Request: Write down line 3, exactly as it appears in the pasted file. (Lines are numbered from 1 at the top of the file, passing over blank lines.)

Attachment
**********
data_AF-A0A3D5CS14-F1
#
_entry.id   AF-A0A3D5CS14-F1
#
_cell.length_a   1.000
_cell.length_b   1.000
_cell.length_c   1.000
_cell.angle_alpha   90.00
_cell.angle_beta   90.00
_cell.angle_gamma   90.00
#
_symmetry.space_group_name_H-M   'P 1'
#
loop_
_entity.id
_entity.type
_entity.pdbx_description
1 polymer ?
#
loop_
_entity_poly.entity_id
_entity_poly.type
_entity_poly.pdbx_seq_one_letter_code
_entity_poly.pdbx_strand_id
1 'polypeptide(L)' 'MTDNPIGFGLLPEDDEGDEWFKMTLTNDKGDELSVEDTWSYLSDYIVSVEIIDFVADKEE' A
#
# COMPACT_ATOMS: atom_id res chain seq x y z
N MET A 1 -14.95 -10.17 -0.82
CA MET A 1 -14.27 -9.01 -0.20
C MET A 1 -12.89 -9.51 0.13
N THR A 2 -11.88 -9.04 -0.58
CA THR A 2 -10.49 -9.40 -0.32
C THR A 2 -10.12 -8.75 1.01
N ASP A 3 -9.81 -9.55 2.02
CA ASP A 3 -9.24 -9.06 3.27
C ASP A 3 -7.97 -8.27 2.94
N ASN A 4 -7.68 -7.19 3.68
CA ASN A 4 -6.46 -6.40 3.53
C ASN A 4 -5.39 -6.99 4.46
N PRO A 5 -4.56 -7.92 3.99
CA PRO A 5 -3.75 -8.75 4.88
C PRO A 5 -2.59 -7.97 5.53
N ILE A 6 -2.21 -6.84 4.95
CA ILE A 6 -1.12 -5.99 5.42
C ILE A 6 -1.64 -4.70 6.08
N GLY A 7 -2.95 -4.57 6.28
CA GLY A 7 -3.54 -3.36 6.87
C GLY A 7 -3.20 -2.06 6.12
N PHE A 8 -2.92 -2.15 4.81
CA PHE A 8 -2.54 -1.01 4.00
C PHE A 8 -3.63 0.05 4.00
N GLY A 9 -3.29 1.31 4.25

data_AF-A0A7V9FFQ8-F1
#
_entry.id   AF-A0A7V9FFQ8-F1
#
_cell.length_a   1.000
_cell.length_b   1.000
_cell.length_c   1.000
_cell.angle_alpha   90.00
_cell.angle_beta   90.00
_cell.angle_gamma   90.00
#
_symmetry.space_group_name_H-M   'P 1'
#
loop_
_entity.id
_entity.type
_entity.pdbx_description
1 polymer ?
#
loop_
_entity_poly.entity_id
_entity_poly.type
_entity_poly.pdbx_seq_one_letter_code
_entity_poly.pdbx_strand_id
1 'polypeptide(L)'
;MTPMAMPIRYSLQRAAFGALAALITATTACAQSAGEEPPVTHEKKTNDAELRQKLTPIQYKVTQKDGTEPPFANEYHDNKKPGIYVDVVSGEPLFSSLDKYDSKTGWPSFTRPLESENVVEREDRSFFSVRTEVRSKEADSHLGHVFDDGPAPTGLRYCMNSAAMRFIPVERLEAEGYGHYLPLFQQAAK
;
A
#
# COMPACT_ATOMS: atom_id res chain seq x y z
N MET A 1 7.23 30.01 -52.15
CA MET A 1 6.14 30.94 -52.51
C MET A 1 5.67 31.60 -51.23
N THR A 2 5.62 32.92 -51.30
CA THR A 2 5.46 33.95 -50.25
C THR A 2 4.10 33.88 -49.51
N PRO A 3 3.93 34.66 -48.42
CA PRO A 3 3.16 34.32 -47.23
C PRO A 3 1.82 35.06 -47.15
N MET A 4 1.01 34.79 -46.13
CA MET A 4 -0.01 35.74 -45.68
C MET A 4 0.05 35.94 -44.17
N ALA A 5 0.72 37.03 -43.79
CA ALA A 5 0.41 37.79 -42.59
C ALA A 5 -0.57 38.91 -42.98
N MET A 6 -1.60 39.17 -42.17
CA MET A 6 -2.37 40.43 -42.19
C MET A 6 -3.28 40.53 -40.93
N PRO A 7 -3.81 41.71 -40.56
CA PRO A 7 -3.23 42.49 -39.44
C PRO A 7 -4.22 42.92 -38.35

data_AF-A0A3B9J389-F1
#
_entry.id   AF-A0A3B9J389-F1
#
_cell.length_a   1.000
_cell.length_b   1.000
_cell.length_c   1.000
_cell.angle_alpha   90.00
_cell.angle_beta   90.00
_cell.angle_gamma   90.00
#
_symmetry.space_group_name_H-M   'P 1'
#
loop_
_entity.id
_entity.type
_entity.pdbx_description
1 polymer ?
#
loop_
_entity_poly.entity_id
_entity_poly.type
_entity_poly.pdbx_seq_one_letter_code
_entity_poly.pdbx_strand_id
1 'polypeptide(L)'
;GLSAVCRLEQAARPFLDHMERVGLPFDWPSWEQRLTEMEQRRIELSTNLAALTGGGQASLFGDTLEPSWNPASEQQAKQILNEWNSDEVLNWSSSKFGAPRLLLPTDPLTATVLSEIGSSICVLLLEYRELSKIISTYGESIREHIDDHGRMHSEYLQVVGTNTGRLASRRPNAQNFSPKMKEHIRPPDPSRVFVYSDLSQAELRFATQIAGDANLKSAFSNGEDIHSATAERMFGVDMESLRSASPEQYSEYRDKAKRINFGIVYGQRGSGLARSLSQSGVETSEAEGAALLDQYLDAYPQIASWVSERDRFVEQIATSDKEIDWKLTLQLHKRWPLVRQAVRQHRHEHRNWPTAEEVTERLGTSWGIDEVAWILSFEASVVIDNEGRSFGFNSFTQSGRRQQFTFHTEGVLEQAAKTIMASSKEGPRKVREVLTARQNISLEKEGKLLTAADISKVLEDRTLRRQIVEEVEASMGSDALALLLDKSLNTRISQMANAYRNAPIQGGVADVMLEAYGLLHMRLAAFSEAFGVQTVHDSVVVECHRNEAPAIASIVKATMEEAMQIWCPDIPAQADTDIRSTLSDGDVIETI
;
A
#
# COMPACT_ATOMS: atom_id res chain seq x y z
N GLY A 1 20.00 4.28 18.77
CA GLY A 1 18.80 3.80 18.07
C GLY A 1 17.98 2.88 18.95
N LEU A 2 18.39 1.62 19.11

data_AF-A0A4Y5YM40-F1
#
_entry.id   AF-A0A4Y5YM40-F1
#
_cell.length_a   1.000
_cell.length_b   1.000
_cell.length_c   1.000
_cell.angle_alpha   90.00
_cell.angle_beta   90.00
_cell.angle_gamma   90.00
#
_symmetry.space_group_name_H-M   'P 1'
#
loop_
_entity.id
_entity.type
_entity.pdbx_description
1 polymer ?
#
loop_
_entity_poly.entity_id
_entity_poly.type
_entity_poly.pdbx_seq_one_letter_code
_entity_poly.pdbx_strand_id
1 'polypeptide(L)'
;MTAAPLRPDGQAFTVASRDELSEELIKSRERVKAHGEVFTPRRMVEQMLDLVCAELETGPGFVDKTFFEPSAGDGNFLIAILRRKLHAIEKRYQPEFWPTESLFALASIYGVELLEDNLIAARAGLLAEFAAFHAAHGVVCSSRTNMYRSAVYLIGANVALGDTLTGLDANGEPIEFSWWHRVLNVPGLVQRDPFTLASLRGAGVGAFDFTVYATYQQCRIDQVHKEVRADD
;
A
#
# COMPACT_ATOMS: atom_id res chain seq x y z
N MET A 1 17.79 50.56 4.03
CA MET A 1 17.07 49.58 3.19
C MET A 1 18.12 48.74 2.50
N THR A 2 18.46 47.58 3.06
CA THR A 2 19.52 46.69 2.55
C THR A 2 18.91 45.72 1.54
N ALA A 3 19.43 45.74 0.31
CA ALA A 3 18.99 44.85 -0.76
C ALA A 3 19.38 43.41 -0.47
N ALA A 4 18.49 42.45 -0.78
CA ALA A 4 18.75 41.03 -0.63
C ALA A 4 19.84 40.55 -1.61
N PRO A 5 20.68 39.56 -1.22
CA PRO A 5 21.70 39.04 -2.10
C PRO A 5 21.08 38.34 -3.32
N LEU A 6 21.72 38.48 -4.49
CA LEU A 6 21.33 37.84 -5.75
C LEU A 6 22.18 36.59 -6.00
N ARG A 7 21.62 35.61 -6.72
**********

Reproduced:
_entry.id   AF-A0A3D5CS14-F1